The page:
The isolated muscle stem cells were cultured on gelatin-coated dishes in basic GM, which consisted of MEM containing 10% (v/v) FBS, 1× glutamax, 1× AA, and 0.1 mM β-mercaptoethanol (All from Gibco) or Skeletal Muscle Cell Growth Medium-2 BulletKit™ (SkGM-2; Lonza, Basel, Switzerland) supplemented with 20 μM SB203580 (Cayman Chemical, Ann Arbor, USA) according to manufacturer’s instructions. Pig muscle stem cells were subcultured every 3 d. When the cells reached approximately 90% confluence, the cultured cells were dissociated using TrypLE™ Express (Gibco). The dissociated cells were transferred onto new gelatin-coated culture dishes at a 1:10 split ratio. The medium was changed every 24 h, and the cells were cultured under humidified conditions in an atmosphere containing 5% CO2 at 37°C.
After three days of subculture, the muscle stem cells at confluence were used for myogenic differentiation. The cells were cultured in a differentiation media consisting of MEM containing 2% (v/v) horse serum (Biowest, Nuaillé, France), 1× glutamax, 1× AA, and 0.1 mM β-mercaptoethanol for 2 d without media changes. After myofiber formation from muscle stem cells, the cells were fixed with 4% paraformaldehyde for further analysis.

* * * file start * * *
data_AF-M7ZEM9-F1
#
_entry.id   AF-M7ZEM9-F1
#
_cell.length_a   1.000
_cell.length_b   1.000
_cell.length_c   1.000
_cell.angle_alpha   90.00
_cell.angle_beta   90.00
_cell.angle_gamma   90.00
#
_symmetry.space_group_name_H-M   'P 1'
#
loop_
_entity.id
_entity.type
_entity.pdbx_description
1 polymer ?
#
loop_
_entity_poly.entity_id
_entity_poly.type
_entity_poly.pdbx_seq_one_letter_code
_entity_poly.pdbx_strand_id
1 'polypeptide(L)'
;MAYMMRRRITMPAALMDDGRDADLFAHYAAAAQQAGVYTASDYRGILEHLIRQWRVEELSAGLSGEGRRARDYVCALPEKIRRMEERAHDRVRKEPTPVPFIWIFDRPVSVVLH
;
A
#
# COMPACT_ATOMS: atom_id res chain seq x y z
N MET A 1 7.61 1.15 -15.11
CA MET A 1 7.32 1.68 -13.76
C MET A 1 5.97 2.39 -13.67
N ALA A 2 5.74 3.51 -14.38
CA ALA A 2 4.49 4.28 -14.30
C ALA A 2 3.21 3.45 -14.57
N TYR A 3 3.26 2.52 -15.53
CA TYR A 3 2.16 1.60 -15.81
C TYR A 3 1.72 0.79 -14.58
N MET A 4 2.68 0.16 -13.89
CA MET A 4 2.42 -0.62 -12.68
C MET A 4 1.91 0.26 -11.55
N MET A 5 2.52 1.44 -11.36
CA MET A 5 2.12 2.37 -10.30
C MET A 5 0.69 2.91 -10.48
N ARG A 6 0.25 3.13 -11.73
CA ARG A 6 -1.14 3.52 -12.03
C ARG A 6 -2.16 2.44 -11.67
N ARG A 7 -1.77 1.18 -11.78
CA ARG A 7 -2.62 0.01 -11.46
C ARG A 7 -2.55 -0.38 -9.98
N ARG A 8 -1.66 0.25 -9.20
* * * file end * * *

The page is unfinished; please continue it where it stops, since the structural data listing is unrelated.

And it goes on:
Total RNA was extracted using TRIzol reagent (Invitrogen, Carlsbad, USA), and cDNA was synthesized using the High-Capacity RNA-to-cDNA Kit (Applied Biosystems, Foster City, USA). cDNA was amplified using a DyNAmo HS SYBR Green qPCR Kit (Thermo Fisher Scientific, Waltham, USA) containing 1–2 pmol of each primer set listed below in a 10 μL reaction volume: 5’-GTGCCCTCAGTGAGTTCGAT-3’ (forward) and 5’-TCCAGACGGTTCCCTTTGTC-3’ (reverse) for PAX7; 5’-CTGCCCAAGGTGGAAATCCT-3’ (forward) and 5’-GGGGGCCGCTATAATCCATC-3’ (reverse) for MYOD1; 5’-AGTTCGGGGACGAGTTTGAG-3’ (forward) and 5’-TCAAACGCCTGGTTGACCTT-3’ (reverse) for MYF5; 5’-GAGCTGTATGAGACATCCCCC-3’ (forward) and 5’-GTGGACGGGCAGGTAGTTTT-3’ (reverse) for MYOG; 5’-TGCTCCTCCCCGTTCGAC-3’ (forward) and 5’-ATGCGGCCAAATCCGTTC-3’ (reverse) for GAPDH. Amplification and detection were performed using the ABI 7300 Real-Time PCR System (Applied Biosystems) under the following conditions: one cycle at 50°C for 2 min and 95°C for 10 min, followed by 40 cycles of denaturation at 95°C for 15 s and annealing/ extension for 1 min (60°C for MYF5, MYOD1, MYOG, and GAPDH; 58°C for PAX7). The dissociation curves were analyzed, and the amplified products were loaded onto gels to confirm the specificity of the PCR products. Relative expression levels were calculated by normalizing the threshold cycle (Ct) values of each gene to the reference gene, GAPDH, using the delta-delta Ct method.